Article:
Is your traveler's intuition telling you to skip the long-planned bike tour of Provence and stay closer to home this summer? Well, that doesn't mean your only option will be eating a croissant at an EPCOT Parisian "sidewalk cafe." One great alternative to an exotic adventure is a learning vacation. These mini-schools offer the chance to get away and relax while also picking up a new skill.
For the active adventurer, a learning vacation may be a chance to flex the muscles you can't use sitting at a desk. While we all push the speedometer sometimes, learning how to blaze around a Formula One racetrack is quite another story (see below). Likewise, it's one thing to go camping in that "have Coleman stove and a nicely windowed tent, will travel" kind of style. But why not learn how to build a shelter out of found materials (see below)?
Other learning vacations stimulate parts of your mind that may go dormant during the workweek -- you can write a short story, shoot a video, or even make your own olive oil. --Patrick J. Sauer
A SESSION WITH THE COACH: Put on your whites and work up a U.S. Open-quality sweat at the Nick Bollettieri Tennis Academy Adult Program [$695-877, imgacademies.com]. This five-day tennis getaway in Bradenton, Fla., models its courses after the same kind of instruction Bollettieri gave to honor students like Andre Agassi, Boris Becker, and the Williams sisters. No matter what your level of skill, the adult program offers drills, programs, and workouts to bolster both singles and doubles tennis. The program can include video analysis, mental conditioning, and fitness training. For another $500, train with the cagey coach and take a personal bit of Nick Bollettieri wisdom back to the home court.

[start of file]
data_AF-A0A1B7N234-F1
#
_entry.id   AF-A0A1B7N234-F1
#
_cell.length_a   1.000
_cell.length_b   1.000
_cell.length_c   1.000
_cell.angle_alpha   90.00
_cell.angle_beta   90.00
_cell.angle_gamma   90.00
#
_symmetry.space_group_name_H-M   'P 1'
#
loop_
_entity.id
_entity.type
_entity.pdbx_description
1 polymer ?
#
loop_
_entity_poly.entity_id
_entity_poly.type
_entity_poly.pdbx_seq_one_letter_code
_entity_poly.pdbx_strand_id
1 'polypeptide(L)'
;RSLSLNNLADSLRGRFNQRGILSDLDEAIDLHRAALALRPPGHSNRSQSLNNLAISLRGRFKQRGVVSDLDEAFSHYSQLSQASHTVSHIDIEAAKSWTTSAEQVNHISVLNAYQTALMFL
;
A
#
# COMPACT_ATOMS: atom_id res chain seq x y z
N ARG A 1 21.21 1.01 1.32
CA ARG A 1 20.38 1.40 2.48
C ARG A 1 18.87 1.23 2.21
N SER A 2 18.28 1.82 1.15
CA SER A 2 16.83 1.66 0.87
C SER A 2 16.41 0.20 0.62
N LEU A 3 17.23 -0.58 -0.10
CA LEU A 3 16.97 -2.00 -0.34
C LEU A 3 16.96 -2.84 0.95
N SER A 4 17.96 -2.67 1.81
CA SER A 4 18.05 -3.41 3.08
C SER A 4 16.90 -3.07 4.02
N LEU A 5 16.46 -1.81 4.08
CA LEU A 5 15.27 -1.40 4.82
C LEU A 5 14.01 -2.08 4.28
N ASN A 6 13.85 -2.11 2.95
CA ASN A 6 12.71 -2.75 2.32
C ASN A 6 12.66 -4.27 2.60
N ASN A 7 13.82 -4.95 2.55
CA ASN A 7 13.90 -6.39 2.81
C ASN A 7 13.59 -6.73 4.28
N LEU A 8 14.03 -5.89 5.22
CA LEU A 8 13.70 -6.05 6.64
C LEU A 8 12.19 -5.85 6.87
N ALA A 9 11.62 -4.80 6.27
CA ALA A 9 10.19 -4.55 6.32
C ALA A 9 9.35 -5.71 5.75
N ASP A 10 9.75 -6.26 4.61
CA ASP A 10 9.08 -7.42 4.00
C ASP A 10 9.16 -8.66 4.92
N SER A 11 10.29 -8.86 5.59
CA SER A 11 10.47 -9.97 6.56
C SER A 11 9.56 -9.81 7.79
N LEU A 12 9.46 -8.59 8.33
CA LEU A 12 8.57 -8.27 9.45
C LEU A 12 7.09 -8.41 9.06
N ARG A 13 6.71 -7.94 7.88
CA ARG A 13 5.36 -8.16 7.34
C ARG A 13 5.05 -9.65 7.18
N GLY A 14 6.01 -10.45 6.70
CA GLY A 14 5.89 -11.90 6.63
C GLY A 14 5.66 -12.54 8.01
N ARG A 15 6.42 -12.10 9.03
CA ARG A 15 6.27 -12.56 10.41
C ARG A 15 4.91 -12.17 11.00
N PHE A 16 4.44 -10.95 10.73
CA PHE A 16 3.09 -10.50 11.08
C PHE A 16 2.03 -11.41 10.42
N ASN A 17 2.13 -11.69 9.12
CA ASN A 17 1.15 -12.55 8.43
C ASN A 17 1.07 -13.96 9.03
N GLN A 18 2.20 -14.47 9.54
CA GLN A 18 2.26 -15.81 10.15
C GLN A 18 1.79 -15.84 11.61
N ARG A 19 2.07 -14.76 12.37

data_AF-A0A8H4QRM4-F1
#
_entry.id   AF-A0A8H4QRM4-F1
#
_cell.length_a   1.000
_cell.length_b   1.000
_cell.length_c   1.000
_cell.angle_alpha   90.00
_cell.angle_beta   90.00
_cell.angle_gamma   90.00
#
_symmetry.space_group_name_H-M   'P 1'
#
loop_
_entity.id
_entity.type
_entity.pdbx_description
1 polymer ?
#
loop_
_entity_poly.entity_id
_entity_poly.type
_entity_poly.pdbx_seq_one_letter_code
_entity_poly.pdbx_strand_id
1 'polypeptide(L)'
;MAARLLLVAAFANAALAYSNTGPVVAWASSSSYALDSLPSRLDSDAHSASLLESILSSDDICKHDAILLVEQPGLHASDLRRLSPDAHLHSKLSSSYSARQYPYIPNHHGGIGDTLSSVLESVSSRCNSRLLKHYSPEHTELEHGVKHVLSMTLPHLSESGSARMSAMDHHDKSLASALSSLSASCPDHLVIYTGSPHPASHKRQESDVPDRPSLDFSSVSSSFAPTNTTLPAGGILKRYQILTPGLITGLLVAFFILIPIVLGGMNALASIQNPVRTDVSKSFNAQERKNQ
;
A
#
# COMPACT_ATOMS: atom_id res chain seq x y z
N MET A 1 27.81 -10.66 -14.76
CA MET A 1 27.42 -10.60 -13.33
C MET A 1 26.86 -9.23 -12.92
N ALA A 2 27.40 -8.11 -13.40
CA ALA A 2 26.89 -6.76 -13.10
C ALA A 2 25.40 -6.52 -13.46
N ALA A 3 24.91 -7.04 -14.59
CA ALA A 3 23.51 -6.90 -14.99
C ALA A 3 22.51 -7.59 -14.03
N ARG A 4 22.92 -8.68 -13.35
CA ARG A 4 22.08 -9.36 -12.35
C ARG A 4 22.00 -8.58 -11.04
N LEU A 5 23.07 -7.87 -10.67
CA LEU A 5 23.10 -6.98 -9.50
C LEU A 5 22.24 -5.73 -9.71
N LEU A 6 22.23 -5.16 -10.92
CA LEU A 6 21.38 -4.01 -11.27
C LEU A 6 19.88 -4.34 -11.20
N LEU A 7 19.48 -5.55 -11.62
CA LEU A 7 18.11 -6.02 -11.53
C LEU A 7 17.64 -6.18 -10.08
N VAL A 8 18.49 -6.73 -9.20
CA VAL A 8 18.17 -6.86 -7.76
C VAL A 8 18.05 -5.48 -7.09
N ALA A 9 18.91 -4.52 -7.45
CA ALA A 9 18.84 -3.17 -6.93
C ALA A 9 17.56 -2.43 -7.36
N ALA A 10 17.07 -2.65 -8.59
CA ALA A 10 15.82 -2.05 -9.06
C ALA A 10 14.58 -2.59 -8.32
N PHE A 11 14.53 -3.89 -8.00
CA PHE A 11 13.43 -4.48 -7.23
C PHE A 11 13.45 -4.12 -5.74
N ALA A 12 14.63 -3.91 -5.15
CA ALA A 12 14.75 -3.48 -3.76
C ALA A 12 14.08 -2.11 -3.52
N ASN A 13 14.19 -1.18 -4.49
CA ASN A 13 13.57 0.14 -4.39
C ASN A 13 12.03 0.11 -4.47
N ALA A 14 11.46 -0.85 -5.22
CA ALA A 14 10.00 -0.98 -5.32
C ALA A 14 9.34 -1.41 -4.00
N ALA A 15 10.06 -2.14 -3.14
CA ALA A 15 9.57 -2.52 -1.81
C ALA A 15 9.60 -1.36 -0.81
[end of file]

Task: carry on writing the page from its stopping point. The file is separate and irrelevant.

MASTER THE TRACK: If you see yourself as the next Mario Andretti, the Skip Barber Racing School [$2,995-3,495, skipbarber.com] can bring out the Indy 500 driver in you. The three-day courses are held at more than 20 nationwide locations, including Florida's Daytona International Speedway. While students are predominantly male, any driver with a valid license can sign up. Having experienced the feeling of maneuvering a car around the track at 110 mph, some drivers go on to the advanced classes and take up the sport professionally, says school representative George Tamayo.
NAPA VALLEY 101: The Beringer Master Series on Food & Wine [$2,800-4,600, beringer.com] is a five-day series of classes the locals call "la dolce vita of Napa Valley." It typically includes cooking classes with the Bay Area's best chefs, garden tours, and olive oil-making tutorials. In the winemaking session, aspiring vintners mix Beringer's private reserves with the class's own product and create their own vintage. The week wraps up with a 10-course meal at renowned restaurant the French Laundry.